Depression and Aging (Part 3): What We Should Talk About Regarding Depression?

Depression is a mental health disease that can touch any of us at all stages of life. However, it is particularly prevalent in the elderly, and is in fact the most common psychological disorder late in life. Depression affects over 6 million older adults. And yet, in this population, depression is often ignored or overlooked, as its symptoms can be confused with other physical ailments.

In our first post in this series, we discussed WHY we should talk about depression with our aging loved ones. In our second post, we discussed WHEN to talk about depression. In this our final post in the series, we will discuss WHAT we should talk about when discussing depression with seniors.

Once you have decided to talk about depression with an aging loved one, remember that the word “depression” carries a stigma for many of the older generation.  When they hear “depression,” they may hear “crazy” or “moral failing.”  There may be a feeling that, as good Americans, they ought to be able to pull themselves up by their bootstraps to overcome it.  If you have the sense that your loved one attaches this stigma to depression, use the word “depression” sparingly, and instead talk about the symptoms.  You may say, “You seem sad, and I’ve noticed that you don’t get together with your friends anymore.  Why is that?”

Keep the following tips in mind when you talk about depression (regarding HOW to talk):

  • Be compassionate
    • Remember to interpret signs of depression (e.g., not returning phone calls, short answers, talking for hours about their own pain or problems) as just that:  symptoms of depression, rather than personal affronts.  Try to be slow to anger when dealing with these frustrating behaviors.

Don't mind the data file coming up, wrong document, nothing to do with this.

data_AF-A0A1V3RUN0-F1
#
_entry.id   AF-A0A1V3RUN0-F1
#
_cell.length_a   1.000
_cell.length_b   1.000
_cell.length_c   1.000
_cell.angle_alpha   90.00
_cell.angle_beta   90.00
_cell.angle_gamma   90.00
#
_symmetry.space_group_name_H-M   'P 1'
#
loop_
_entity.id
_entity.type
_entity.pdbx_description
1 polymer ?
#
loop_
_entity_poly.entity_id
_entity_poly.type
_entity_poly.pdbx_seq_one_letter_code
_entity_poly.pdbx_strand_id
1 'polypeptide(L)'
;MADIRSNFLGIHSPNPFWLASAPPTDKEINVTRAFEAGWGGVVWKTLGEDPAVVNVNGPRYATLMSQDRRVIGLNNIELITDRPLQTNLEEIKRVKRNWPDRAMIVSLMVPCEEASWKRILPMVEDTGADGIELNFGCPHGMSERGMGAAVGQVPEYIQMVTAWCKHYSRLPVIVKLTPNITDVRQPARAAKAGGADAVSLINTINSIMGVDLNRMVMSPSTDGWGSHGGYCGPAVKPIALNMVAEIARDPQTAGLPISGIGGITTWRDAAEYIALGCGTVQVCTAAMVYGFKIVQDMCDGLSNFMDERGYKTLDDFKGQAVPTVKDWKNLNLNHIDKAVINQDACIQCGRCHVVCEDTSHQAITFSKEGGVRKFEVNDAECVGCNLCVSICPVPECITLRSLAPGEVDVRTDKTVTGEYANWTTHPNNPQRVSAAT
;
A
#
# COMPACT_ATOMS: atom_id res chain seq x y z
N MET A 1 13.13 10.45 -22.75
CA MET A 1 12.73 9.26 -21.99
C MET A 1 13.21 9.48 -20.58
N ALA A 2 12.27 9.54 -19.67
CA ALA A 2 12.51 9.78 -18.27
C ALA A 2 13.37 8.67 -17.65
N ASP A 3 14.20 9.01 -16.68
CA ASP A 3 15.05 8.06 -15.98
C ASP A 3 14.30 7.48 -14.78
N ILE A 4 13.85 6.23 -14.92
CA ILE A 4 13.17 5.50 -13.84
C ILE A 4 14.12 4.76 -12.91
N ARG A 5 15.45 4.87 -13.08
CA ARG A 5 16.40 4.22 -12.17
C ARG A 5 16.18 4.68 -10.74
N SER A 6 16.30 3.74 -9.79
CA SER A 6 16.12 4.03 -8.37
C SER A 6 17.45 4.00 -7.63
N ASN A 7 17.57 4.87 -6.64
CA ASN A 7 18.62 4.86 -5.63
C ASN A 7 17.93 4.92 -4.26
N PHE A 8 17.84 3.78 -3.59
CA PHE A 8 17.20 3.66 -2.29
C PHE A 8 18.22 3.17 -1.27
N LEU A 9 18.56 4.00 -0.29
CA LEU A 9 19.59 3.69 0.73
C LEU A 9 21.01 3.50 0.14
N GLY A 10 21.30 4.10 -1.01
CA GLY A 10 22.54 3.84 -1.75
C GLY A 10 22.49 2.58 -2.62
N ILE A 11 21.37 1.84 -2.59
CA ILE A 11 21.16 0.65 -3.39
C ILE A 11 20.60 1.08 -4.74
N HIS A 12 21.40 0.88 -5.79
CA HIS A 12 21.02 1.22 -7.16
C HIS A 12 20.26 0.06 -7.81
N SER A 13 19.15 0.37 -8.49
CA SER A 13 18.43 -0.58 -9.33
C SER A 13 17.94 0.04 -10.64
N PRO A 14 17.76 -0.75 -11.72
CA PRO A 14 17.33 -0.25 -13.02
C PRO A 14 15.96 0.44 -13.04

• Be accepting
    • Resist the natural impulse to counter a depressed person’s sadness with pointing out all the good things in his or her life.  This tends to trivialize the person’s deep feelings and push that person further away.  Instead, listen and accept the person’s emotions and perceptions as real.
  • Be empathetic
    • Rather than arguing with your loved one over the reality (or lack thereof) of statements made, you might express your understanding of how hopeless and disappointing life can be at times.  Help your loved one express feelings of despair without being judgmental.
  • Be patient
    • Depression is a slow-moving, long-evolving process.  Let your loved one know that you support him or her no matter how long it takes and that you will always be there if he or she wants to talk.
  • Choose your words carefully
    • Use reflective statements, express support, and try to re-direct when appropriate.

As far as WHAT to discuss, you can focus on several areas:  (1) the facts, (2) the difference between depression and sadness, (3) the symptoms of depression, (4) signs of substance abuse, (5) thoughts of suicide, and (6) treatment options.

  1. The Facts:  Depression is a physical disease caused by an imbalance of brain chemicals responsible for transmitting messages about mood and behavior.  Aging can cause a change in the production of these chemicals, predisposing some elderly folks to depression even when there is no “sad” event to trigger these feelings.  This physical disease can be treated.
  2. The Difference Between Depression and Sadness:  Sadness is usually attached to a specific life event.  Depression often does not have a clear cause, or even if it does, it persists long after the triggering event has passed.  It is normal to sometimes feel sad, but not to be depressed.
  3. The Symptoms of Depression:  Emotional (feelings of emptiness, hopelessness, remorse, guilt); Physical (unexplained pain, headaches, decreased energy, stomach problems, insomnia or hypersomnia, loss or increase in appetite); Cognitive (mental cloudiness or confusion, memory loss, language inhibition, difficulty with concentration, diminished learning capacity, delusions and hallucinations); Behavioral (social withdrawal, irritability).
  4. Signs of Substance Abuse:  People who are vulnerable to depression may use alcohol or medication to alter their mood.
  5. Thoughts of Suicide:  Compared with all other age groups, seniors commit suicide twice as frequently (especially common among elderly men).
  6. Treatment Options:  A thorough medical evaluation is usually necessary.  There are usually at least two treatment options, including medication and psychotherapy.

Talking to an aging loved one about his or her struggle with depression is important, but realize your own limitations when you do this.  You can’t “cure” your loved one of this disease, nor are you responsible for how he or she chooses to treat it.